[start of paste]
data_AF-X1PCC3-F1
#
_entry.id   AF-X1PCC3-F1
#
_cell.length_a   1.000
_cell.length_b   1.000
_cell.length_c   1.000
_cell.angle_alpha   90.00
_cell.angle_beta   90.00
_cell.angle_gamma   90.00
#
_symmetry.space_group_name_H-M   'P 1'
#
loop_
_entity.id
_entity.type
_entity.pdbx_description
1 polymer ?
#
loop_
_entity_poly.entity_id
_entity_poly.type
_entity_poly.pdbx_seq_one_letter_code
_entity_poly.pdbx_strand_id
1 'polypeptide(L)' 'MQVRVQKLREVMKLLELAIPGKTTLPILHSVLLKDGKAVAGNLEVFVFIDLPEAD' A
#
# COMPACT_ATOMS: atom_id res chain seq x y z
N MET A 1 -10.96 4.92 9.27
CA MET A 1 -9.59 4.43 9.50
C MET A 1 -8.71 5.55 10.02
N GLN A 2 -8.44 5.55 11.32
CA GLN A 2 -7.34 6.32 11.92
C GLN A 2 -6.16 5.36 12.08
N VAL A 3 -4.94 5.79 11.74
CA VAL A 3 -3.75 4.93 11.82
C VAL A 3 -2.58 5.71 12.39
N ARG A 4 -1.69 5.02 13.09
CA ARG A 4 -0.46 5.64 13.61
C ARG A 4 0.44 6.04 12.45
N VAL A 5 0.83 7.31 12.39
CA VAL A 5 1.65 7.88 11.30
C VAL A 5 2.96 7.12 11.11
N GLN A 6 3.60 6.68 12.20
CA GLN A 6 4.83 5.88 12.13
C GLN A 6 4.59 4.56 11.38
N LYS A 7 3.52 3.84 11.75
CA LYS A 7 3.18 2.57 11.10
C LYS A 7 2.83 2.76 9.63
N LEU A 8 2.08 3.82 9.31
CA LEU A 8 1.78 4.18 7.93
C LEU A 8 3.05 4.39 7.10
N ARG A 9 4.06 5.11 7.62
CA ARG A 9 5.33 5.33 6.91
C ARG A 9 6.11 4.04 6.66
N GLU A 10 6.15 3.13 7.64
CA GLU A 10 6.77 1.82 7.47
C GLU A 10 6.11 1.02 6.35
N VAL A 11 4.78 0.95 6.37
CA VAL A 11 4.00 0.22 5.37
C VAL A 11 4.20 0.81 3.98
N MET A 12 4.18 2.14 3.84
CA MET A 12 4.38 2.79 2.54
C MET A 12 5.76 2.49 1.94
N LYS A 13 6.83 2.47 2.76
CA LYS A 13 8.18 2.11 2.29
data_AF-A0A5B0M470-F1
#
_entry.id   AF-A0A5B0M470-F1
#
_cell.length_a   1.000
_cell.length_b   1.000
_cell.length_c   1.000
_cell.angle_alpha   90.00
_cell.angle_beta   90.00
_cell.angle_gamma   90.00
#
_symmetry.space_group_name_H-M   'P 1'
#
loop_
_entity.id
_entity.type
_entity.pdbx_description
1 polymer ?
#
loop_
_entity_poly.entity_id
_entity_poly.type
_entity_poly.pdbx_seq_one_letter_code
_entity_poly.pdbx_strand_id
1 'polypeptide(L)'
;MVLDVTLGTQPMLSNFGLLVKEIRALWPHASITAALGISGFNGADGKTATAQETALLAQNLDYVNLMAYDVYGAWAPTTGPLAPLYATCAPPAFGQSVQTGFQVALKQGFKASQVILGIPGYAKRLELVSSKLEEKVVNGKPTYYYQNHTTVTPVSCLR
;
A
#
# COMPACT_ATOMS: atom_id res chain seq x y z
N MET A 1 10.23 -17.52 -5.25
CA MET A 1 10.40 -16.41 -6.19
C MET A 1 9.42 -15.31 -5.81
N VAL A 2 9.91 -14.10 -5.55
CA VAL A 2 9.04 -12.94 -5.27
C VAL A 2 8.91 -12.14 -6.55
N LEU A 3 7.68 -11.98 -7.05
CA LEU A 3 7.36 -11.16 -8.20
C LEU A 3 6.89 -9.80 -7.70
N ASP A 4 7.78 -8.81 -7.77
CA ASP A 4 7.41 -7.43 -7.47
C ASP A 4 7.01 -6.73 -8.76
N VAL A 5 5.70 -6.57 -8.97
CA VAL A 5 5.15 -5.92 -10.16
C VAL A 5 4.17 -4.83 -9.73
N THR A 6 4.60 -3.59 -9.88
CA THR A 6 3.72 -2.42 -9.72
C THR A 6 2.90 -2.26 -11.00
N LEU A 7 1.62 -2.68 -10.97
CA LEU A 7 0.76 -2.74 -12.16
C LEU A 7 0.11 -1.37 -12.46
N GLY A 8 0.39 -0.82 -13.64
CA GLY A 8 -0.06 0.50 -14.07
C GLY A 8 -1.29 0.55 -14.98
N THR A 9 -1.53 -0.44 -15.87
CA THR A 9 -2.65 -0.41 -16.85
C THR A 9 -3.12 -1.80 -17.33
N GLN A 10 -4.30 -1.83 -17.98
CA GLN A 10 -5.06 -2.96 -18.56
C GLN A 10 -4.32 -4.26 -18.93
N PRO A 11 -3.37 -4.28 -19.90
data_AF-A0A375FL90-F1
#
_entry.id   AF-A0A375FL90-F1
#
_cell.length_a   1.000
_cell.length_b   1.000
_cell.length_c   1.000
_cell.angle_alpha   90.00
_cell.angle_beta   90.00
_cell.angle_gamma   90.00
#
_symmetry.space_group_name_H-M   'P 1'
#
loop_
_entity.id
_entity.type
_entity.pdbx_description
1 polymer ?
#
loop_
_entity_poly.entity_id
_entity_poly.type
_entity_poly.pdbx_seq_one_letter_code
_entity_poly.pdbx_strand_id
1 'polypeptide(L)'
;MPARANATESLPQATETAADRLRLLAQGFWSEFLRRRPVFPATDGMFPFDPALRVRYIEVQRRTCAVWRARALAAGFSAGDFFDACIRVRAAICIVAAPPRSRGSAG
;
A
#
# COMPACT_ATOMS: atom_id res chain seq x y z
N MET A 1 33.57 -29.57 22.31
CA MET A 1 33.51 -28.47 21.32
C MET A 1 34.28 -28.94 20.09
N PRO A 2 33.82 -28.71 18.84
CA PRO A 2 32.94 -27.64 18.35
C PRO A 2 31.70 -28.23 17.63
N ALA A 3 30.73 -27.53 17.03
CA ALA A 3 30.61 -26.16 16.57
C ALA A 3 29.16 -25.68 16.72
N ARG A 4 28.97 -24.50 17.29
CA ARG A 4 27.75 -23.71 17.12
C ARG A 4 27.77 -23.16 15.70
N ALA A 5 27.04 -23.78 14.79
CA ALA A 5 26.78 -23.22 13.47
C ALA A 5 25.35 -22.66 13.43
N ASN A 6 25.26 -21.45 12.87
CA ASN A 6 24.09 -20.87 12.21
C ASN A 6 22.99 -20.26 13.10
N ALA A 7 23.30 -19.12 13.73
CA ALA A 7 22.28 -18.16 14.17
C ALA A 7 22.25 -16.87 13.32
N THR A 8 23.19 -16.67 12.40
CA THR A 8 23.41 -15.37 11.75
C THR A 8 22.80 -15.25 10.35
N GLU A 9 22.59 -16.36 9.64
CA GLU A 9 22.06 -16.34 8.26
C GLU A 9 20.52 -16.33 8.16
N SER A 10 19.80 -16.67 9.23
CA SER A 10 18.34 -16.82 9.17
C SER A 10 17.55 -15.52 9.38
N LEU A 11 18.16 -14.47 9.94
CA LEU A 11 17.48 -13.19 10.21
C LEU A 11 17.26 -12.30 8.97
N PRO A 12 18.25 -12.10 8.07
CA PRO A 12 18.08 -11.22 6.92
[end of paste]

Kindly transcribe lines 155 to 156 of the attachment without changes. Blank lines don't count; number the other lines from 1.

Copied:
#
# COMPACT_ATOMS: atom_id res chain seq x y z